Arizona looks to add fuel to its IT skills engine

Many people talk about the lack of available IT workers. Arizona has decided to do something about it.

Arizona Governor Jane Hull signed into law the Technology Training Tax Credit, which provides 100 per cent tax credits of up to $1,500 per year per person towards the costs of training for IT skills.

“The IT training tax credit bill is a major step forward by the state in establishing policies supporting active development and attraction of New Economy companies in and to Arizona,” Barry Wong, the Arizona representative who introduced the original bill, said in a statement. “The new law will result in a rapid ramp-up of a highly qualified IT workforce. Arizona is poised to become a major New Economy hub.”

The Technology Workforce Coalition (TWC), a national group of over a dozen IT trade associations and 100 IT corporations based in Arlington, Va., has been advocating both federal and IT training tax credits for the past two years.

According to Grant Mydland, director of the TWC, the bill has been passed in Maryland as well.

“We hope to have it in 10 states in 2001. We have the bills introduced,” Mydland said. “Our interest is to provide fundamental information. Here’s what the concept is, and you modify that based on the circumstances in your region.”

Mydland said that in the US, they are looking at a free-market incentive.

“Sort of a public-private partnership to do this tax credit so we can have a process where there’s a shared responsibility in developing the skilled workforce.”

According to Mydland, the current legislation has 50 co-sponsors.

“That’s both in the Senate and in the House. The current federal bill is 20 per cent of $6,000. What we like about the Arizona model is that it really helps the entry-level employee the most, which is what we’re trying to encourage the most,” Mydland said. “Get as many people into the IT worker pipeline as possible. If you look at…the training that’s done by employers, the key is to get them to bring in as many new employees or dislocated workers and get them into the IT training career.”

News and updates can be found on the TWC Web site at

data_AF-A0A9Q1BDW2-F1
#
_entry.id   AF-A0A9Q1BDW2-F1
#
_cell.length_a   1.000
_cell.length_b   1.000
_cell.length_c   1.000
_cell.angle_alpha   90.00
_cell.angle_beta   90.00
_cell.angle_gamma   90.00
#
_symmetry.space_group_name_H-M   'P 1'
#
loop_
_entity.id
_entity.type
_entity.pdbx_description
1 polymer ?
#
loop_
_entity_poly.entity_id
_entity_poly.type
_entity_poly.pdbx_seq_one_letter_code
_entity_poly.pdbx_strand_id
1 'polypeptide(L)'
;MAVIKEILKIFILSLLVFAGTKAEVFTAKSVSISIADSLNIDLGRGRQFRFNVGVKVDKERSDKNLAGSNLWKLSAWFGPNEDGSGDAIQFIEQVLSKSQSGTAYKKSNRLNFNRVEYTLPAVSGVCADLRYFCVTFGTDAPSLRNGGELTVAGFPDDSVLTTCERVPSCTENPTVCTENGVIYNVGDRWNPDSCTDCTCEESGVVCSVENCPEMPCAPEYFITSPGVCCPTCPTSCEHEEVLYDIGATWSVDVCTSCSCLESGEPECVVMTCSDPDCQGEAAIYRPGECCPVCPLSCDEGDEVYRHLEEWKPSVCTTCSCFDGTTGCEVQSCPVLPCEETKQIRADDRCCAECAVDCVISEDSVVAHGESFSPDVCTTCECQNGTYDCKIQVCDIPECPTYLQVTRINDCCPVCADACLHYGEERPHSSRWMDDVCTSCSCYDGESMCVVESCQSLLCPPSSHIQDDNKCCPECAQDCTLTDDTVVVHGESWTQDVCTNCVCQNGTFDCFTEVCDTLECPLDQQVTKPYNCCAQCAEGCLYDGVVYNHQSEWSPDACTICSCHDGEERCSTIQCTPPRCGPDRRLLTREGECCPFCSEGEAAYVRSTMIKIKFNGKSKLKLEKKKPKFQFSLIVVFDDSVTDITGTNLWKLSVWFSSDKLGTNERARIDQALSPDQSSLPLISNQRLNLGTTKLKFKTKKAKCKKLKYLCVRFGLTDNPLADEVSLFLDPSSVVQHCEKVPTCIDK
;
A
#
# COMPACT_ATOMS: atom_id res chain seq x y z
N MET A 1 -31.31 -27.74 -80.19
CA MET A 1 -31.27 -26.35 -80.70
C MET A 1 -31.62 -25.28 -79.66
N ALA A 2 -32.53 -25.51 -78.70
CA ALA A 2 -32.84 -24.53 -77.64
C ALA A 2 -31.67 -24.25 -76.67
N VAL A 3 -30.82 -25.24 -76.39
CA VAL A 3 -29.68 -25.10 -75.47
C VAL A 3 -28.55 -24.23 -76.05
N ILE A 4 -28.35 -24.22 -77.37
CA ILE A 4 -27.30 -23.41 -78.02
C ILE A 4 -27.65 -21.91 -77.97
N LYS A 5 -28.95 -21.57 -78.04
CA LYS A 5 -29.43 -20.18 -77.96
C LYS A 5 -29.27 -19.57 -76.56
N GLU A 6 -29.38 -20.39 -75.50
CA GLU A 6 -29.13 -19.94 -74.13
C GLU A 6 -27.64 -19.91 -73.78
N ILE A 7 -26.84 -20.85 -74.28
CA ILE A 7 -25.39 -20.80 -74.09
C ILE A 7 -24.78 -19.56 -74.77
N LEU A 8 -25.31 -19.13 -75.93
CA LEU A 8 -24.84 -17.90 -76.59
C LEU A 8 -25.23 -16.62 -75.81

The Arizona Software and Internet Association ( and the Information Technology Association of Southern Arizona spearheaded the effort. president Ed Denison said the IT Tax Credits Bill sends a message to the workforce that will help bring skills up to their needed standards.

“It sends a message to workers nationally that Arizona wants to be a home to the new economy and is willing to invest in workers so they will locate there,” Denison said.

Denison noted there are approximately 850,000 IT jobs open today.

“The realization is that our workers have to reinvent themselves every 18 months with their skill sets. Their skills become outdated with the way that technology is moving so quickly.”

Denison explained that companies figure out their tax liability to the state, then per employee they can deduct $1,500 a year off of their tax liability.

“It’s like a bottom line tax credit.”

Canada a little slower

Former national CIPS president Ken Chapman said this type of program is definitely helpful for the IT sector.

“The IT sector in Canada of course is certainly an opportunity for future economic well being for the country,” Chapman said.

Canada has a similar program, initiated by the Software Human Resource Council, that is a cash subsidy to companies hiring IT workers.

“Up to $6,000 of salary supplement is paid to the company that employs a new IT worker to assist with the initial job training and orientation that it takes to get somebody moved over into the IT sector,” Chapman said.

Chapman stated that in Canada, “we’re not sitting still.

“We’re doing some things but we should do more. It’s a very competitive market out there. Each of the major states and provinces…are aware of that.”

Gary Ford, president of Compusmart in Edmonton and board member of CompTIA Canada said Canada has the same problems as the U.S.

“We are an industry that wants people that have skills and there’s not enough of those people. Finding ways to help organizations that would otherwise hire people with the training to get people and get them trained would make a big difference in terms of our ability to move people into this industry.”

Ford said the United States has been more alert to the IT industry.

“There tends to be a greater awareness that it’s a significant part of the economy in looking for ways to facilitate that industry through legislation.”

CompTIA’s director of public policy, Bruce Hahn, said the solution is to create a greater pool of workers as quickly as possible.

“It would really make sense for all the countries to have a common approach to the issue so that the benefits for training in the U.S., Canada, and other countries were relatively the same.”

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Jim Love, Chief Content Officer, IT World Canada

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